branch of psychology that analyzes how the brain and neurotransmitters influence our behaviors, thoughts and feelings.
a cell that works to carry messages throughout the body
nerve cells within the nervous system responsible for converting external stimuli from the organism's environment into internal electrical impulses.
Neurons in the central nervous system that project their axons
Neurons within the brain and spinal cord that communicate internally and intervene between the sensory inputs and motor outputs
neuron that fires both when an animal acts and when the animal observes the same action performed by another. (found in the premotor cortex of humans)
Contains the nucleus (brain) of the cell. Tells the cell to fire or not to fire.
Wire like structure that extends from the soma to the axon terminal buttons. It is like a highway in which the messages will travel down the neuron.
The somewhat enlarged, often club-shaped endings by which axons make synaptic contacts with other nerve cells or with effector cells
The branchy, root like part of the cell that stretches out from the cell body. Dendrites will receive messages from other neurons by grabbing on to neurotransmitters
A fatty layer of tissue that surrounds the axon. It helps speed up neural impulses.
A neural impulse; a brief electrical charge that travels down an axon.
principle stating if a neuron fires, then it always fires at the same intensity, either all energy or none at all. no in between.
When a neuron is not sending a signal
Threshold The level of stimulation required to trigger a neural impulse.
The junction between the axon tip of the sending neuron and the dendrite or cell body of the receiving neuron. The tiny gap at this junction is called the synaptic gap or synaptic cleft.
Chemicals contained in the terminal buttons that enable neurons to communicate. Neurotransmitters fit into receptor cells on the dendrites on other neurons like a key in a lock.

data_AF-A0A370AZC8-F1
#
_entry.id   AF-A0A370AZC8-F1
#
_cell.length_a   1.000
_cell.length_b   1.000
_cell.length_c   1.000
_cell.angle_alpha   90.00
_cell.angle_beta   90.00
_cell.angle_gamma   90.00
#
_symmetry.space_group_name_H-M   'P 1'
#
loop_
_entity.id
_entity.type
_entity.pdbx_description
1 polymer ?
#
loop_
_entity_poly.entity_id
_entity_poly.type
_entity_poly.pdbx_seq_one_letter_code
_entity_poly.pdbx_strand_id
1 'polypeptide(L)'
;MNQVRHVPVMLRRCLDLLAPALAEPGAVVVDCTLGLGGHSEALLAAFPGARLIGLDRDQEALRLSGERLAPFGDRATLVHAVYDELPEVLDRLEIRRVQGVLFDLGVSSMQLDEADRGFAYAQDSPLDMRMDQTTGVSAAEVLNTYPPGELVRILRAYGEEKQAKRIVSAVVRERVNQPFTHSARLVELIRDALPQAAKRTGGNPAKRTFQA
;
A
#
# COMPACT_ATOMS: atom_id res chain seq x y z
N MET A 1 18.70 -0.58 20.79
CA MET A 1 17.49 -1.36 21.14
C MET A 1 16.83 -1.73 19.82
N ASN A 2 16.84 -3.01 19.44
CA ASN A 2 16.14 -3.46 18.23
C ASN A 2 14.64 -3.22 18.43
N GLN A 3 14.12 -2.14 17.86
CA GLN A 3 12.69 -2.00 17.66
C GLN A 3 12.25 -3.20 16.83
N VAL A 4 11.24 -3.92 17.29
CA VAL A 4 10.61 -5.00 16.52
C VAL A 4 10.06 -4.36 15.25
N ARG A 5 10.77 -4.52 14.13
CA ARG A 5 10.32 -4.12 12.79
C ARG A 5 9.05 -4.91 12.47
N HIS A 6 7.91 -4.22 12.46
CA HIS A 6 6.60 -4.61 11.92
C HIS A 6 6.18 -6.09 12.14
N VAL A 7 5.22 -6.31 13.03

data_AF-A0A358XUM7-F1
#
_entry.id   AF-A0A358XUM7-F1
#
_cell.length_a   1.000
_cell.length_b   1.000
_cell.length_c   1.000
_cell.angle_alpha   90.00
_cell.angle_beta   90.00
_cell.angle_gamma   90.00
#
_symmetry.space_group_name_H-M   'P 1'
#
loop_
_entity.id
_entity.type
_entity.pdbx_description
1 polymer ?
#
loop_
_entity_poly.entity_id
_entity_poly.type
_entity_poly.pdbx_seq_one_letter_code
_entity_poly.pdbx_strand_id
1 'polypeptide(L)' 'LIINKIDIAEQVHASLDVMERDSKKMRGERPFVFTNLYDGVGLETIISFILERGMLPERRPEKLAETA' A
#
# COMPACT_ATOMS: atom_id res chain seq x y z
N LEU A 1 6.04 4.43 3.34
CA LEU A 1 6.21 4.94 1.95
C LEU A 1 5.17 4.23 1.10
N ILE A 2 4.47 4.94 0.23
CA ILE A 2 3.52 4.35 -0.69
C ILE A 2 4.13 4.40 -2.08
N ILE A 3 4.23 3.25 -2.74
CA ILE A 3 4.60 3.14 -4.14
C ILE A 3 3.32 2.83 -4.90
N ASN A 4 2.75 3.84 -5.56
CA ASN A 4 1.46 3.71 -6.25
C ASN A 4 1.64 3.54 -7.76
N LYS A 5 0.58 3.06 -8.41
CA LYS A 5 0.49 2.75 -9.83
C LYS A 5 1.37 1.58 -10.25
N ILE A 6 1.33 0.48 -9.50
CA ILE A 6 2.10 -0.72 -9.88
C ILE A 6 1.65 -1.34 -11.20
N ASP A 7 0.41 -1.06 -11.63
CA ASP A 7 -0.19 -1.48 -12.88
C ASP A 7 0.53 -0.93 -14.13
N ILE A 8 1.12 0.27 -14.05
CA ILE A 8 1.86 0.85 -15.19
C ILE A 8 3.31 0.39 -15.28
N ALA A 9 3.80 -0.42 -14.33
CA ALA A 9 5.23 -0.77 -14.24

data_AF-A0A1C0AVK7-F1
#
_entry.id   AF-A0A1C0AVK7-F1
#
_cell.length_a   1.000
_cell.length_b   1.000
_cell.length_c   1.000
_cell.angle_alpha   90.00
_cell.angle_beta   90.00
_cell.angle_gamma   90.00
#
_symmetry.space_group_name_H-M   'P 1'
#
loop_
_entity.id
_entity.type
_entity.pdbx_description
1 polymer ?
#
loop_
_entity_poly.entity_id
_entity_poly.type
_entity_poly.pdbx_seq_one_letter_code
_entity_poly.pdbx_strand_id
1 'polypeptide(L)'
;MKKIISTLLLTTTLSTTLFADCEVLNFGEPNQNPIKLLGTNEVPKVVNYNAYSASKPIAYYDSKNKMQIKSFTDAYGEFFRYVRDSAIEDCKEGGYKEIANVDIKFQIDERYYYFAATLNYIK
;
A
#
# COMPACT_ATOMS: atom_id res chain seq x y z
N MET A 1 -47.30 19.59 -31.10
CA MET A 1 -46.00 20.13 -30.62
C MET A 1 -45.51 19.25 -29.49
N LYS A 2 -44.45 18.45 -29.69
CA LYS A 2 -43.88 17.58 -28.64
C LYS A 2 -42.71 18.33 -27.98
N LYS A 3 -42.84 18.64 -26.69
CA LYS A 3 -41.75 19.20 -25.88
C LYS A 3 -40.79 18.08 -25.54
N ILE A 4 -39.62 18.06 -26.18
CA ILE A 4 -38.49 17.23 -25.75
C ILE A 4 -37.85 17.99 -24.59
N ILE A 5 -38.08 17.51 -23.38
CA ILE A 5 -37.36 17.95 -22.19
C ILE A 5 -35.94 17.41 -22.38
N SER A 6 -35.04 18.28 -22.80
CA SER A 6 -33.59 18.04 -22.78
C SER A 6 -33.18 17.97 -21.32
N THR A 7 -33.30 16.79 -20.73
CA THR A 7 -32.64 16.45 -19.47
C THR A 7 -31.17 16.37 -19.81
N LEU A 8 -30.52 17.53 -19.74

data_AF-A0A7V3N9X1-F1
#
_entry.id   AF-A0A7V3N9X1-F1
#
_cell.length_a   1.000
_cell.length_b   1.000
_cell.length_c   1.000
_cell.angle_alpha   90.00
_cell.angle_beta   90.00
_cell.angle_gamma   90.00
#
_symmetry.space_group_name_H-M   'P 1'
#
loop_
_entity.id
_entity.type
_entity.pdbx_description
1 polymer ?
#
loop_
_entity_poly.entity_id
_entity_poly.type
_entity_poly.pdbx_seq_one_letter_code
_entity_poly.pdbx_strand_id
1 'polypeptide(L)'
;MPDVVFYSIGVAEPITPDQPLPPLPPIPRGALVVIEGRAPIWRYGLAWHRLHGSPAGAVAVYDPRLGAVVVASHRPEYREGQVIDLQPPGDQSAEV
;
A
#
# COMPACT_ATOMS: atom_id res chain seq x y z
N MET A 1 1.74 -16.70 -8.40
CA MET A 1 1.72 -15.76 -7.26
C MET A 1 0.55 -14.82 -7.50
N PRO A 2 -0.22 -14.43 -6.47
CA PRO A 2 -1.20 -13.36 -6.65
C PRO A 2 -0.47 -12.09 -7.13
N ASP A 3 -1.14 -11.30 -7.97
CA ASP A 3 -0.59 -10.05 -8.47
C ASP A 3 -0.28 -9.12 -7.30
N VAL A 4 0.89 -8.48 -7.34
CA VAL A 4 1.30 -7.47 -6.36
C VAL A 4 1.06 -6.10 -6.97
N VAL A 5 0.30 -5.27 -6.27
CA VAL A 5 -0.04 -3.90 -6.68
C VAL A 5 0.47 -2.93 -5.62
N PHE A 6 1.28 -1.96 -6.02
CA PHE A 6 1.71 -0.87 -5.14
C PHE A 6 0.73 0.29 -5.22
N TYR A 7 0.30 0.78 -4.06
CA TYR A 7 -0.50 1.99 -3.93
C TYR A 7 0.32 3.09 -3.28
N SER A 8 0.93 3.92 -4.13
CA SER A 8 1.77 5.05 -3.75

Neurotransmitters that stimulate the brain
Transmitters that calm the brain and help create balance
A neurotransmitter's reabsorption by the sending neuron.
a neurotransmitter that helps control the brain's reward and pleasure centers
important for managing mood, appetite, sleep, and dreaming
a neurotransmitter, a chemical used by the human nervous system to send messages and modulate its own function; acts in an inhibitory manner, tending to cause nerves to “calm down”
"morphine within" - natural, opiate like neurotransmitters linked to pain control and to pleasure
the brain and spinal cord
the sensory and motor neurons that conetc the central nervous system to the rest of the body
the division of the peripheral nervous system that controls the body's skeletal muscles aka skeletal nervous system
the part of the peripheral nervous system that controls the glands and the muscles of the internal organs; it's sympathetic division arouses; it's parasympathetic division calms
the division of the autonomic nervous system that arouses the body, mobilizing it's energy in stressful situations
The division of the autonomic nervous system that calms the body, conserving it's energy
a simple, automatic response to a sensory stimulus such as the knee-jerk response
the body's "slow" chemical communication system; a set of glands that secrete hormones into the bloodstream
chemical messengers that are manufactured by the endocrine glands, travel through the bloodstream , and affect other tissues
a pair of endocrine glands that sit just about the kidneys and help secrete hormones that help arouse the body in times of stress
the endocrine system's most influential gland; under the influence of the hypothalamus, the pituitary regulates growth and controls other endocrine glands
tissue destruction; a brain lesion is a naturally or experimentally caused destruction of the brain tissue
an amplified recording of the waves of electrical activity that sweep across the brain's surface; these waves are measured by electrodes placed on the scalp.
A series of X-ray photographs taken from different angles and combined by a computer into a composite representation of a slice through the body
an imaging test that can help reveal how your tissues and organs are functioning
an imaging test that uses powerful magnets and radio waves to create pictures of the body
a technique for revealing blood flow and, therefore, brain activity by comparing successive MRI scans; fMRI scans show brain function.